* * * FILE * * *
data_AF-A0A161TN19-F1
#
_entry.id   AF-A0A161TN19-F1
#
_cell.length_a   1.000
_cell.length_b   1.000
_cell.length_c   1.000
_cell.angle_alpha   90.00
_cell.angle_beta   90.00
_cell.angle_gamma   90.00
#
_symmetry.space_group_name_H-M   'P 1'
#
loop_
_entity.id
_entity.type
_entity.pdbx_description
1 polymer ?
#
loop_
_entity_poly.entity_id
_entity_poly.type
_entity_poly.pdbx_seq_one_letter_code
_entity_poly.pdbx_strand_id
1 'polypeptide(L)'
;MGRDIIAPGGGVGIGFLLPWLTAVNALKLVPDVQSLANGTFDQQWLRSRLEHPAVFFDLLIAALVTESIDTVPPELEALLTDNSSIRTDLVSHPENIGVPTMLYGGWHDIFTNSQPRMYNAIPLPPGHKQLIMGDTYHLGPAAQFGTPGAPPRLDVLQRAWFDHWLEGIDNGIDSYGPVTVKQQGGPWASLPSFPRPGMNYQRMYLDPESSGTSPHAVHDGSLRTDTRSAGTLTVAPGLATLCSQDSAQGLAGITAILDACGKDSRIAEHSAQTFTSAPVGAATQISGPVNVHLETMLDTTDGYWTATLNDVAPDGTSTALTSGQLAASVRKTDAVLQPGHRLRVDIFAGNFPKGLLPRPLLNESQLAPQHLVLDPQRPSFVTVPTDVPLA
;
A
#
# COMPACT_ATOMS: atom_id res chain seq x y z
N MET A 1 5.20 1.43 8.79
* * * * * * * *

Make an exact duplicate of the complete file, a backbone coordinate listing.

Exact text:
data_AF-A0A161TN19-F1
#
_entry.id   AF-A0A161TN19-F1
#
_cell.length_a   1.000
_cell.length_b   1.000
_cell.length_c   1.000
_cell.angle_alpha   90.00
_cell.angle_beta   90.00
_cell.angle_gamma   90.00
#
_symmetry.space_group_name_H-M   'P 1'
#
loop_
_entity.id
_entity.type
_entity.pdbx_description
1 polymer ?
#
loop_
_entity_poly.entity_id
_entity_poly.type
_entity_poly.pdbx_seq_one_letter_code
_entity_poly.pdbx_strand_id
1 'polypeptide(L)'
;MGRDIIAPGGGVGIGFLLPWLTAVNALKLVPDVQSLANGTFDQQWLRSRLEHPAVFFDLLIAALVTESIDTVPPELEALLTDNSSIRTDLVSHPENIGVPTMLYGGWHDIFTNSQPRMYNAIPLPPGHKQLIMGDTYHLGPAAQFGTPGAPPRLDVLQRAWFDHWLEGIDNGIDSYGPVTVKQQGGPWASLPSFPRPGMNYQRMYLDPESSGTSPHAVHDGSLRTDTRSAGTLTVAPGLATLCSQDSAQGLAGITAILDACGKDSRIAEHSAQTFTSAPVGAATQISGPVNVHLETMLDTTDGYWTATLNDVAPDGTSTALTSGQLAASVRKTDAVLQPGHRLRVDIFAGNFPKGLLPRPLLNESQLAPQHLVLDPQRPSFVTVPTDVPLA
;
A
#
# COMPACT_ATOMS: atom_id res chain seq x y z
N MET A 1 5.20 1.43 8.79